Employees in Puerto Rico take home a smaller share of income than anywhere else in the U.S.
But is this despite, or because, of the many regulations the Puerto Rican government uses to try and tilt the economic scale in favor of workers?
The island’s government leans to the left and has done all it can to interfere with the free market in Puerto Rico. For instance, in Puerto Rico, the minimum wage is extremely high — 77 percent of the median wage. Unlike the mainland U.S., Puerto Rico has European-style labor laws that grant time-and-a-half pay to anyone who works over 8 hours a day and make it difficult to lay workers off.
Proponents of these pro-labor policies have been willing to shrink the entire economic pie in order to get a bigger slice for a few.
The problem is that they haven’t even achieved that. In Puerto Rico, workers get a smaller slice of the pie than anywhere else in the U.S.
In the U.S. as a whole, employees in manufacturing earn 61 cents of every net dollar earned. But in Puerto Rico, they earn only 8 cents.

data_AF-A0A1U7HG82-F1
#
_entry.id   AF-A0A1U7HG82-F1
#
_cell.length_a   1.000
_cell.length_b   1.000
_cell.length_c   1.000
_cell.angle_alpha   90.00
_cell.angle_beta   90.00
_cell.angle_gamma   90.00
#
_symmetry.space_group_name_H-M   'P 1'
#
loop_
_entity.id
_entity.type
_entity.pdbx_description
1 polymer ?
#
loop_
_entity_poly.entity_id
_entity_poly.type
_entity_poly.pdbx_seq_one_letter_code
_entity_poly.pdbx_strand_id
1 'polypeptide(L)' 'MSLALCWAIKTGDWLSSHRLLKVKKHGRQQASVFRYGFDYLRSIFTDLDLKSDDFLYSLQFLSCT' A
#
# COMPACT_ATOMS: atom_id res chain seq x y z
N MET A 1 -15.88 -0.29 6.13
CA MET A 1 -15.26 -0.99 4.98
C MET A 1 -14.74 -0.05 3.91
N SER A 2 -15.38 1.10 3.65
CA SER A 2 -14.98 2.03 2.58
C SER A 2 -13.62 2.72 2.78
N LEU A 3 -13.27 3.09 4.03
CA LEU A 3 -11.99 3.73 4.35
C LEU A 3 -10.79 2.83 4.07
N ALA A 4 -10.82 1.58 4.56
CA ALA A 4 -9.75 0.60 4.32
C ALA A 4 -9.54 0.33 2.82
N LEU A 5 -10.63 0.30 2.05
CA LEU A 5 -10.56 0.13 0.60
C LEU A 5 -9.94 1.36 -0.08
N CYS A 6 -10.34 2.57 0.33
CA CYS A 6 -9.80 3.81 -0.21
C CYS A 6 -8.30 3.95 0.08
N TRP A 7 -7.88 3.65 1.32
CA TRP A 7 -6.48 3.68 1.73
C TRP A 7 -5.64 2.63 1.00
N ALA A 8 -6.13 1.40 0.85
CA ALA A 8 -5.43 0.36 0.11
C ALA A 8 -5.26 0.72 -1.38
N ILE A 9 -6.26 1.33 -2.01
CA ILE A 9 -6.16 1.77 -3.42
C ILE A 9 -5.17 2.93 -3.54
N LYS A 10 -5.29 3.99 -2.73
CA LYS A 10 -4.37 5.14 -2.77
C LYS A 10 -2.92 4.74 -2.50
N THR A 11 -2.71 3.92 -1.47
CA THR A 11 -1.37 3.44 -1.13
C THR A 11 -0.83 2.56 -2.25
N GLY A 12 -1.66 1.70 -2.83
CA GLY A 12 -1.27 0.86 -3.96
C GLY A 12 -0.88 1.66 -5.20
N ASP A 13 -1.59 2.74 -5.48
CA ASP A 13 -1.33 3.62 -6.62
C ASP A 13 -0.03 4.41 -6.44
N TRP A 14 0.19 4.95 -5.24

This is because of a policy trap set by Congress.
Congress created tax incentives in the 20th century in order to lure manufacturing to the island. But at the same time, Congress maintained the maritime Jones Act, which makes electricity and shipping prohibitively expensive, making Puerto Rico a bad place to do business.
So the principal industry that invested in Puerto Rico was pharmaceuticals, since stamping out pills uses little electricity and shipping, and also requires vanishingly few workers. Pill factories took advantage of the tax credits (which are now defunct) without being badly gouged by the Jones Act.